“Inside the toxic politics of cooling Canada’s housing market”, Macleans’ magazine http://www.canadianbusiness.com/economy/inside-the-toxic-politics-of-cooling-canadas-housing-market/ “Finance Minister Bill Morneau’s out-of-nowhere decision to curb housing prices last week was a reminder of a serious flaw in the country’s vaunted approach to financial regulation.” “The power of the pedestal is the only weapon the Bank of Canada has to guard against financial crises. In some countries, the central bank has the ability to squeeze asset-price bubbles, an adjunct of monetary policy known as macroprudential regulation. In Canada, that power rests with the finance minister.” “Bloomberg News reported earlier this month that former finance minister Joe Oliver rejected advice from officials that he take steps to restrain soaring house prices. The National Post’s John Ivison wrote that former prime minister Stephen Harper opposed tighter mortgage rules because they would hamper his desire to boost home ownership.… Read more »
UBC in crisis mode
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UBC in crisis mode

No, as emerging market slows down, the FED is nerves. The rate may stay at 0.25% for a long time.

Canada would go for negative rate when Iranian oil hits the world oil market and oil drops to $30 per barrel.

If you can, talk to your banker to borrow more!

elvince
Guest
elvince

@UBC in crisis mode: We’re talking about US rates. If the barrel drops below 30$, that’s deflation, not inflation.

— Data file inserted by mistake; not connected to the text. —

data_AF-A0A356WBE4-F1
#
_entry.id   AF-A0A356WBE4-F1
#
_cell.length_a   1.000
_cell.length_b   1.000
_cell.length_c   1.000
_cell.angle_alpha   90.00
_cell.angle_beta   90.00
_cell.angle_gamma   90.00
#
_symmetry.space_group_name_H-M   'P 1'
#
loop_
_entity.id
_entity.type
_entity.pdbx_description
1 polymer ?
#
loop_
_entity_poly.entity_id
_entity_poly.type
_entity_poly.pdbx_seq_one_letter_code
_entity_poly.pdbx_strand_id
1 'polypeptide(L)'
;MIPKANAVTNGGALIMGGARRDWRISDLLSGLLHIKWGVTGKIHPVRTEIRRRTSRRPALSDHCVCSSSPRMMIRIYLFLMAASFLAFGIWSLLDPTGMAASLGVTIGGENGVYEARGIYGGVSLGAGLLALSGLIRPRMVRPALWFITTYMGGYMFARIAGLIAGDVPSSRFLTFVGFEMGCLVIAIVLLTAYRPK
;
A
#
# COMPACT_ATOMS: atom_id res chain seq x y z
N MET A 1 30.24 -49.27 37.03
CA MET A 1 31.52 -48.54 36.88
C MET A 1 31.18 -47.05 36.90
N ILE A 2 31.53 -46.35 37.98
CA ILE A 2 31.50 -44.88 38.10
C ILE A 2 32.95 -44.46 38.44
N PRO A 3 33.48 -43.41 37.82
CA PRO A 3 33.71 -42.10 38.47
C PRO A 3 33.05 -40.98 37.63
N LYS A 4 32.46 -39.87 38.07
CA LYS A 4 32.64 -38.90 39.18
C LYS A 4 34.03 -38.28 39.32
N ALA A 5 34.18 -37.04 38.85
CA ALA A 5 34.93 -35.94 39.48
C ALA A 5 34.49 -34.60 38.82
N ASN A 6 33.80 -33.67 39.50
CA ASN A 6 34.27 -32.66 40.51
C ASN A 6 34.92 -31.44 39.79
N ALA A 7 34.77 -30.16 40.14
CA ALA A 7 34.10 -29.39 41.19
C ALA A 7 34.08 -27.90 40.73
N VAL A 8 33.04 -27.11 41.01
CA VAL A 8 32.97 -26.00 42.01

realist
Member
realist
Of course, I don’t know where interest rates will be in 2 years. I have a deflationary bias, so I read with interest the contrarian viewpoint from one smart person that the world economy is on the brink of a reflation shock with consequent increasing interest rates: from Ambrose Evans-Pritchard in Financial Times 24 Nov 2015 “Elite funds prepare for reflation and a bloodbath for bonds All the stars are aligned for an end to the deflationary supercycle, yet $6 trillion of bonds trade at yields below zero” http://www.telegraph.co.uk/finance/economics/12014821/Elite-funds-prepare-for-reflation-and-a-bloodbath-for-bonds.html “One by one, the giant investment funds are quietly switching out of government bonds, the most overpriced assets on the planet.” “Nobody wants to be caught flat-footed if the latest surge in the global money supply finally catches fire and ignites reflation, closing the chapter on our strange Lost Decade of… Read more »
realist
Member
realist

More from Ambrose Evans-Pritchard on why interest rates will rise:

“Why the world economy as we know it is about to be turned on its head” from Financial Times 29 Sept 2015

http://business.financialpost.com/news/economy/why-world-economy-as-we-know-it-is-about-to-be-turned-on-its-head

“We are at a sharp inflexion point,” says Professor Charles Goodhart, a pillar of the London School of Economics and a former top official at the Bank of England.

“As cheap labour dries up and savings fall, real interest rates will climb from sub-zero levels back to their historic norm of 2.75 per cent to 3 per cent.”

“The implications are ominous for long-term U.S. Treasuries, Gilts, or Bunds. The whole structure of the global bond market is based on false anthropology.”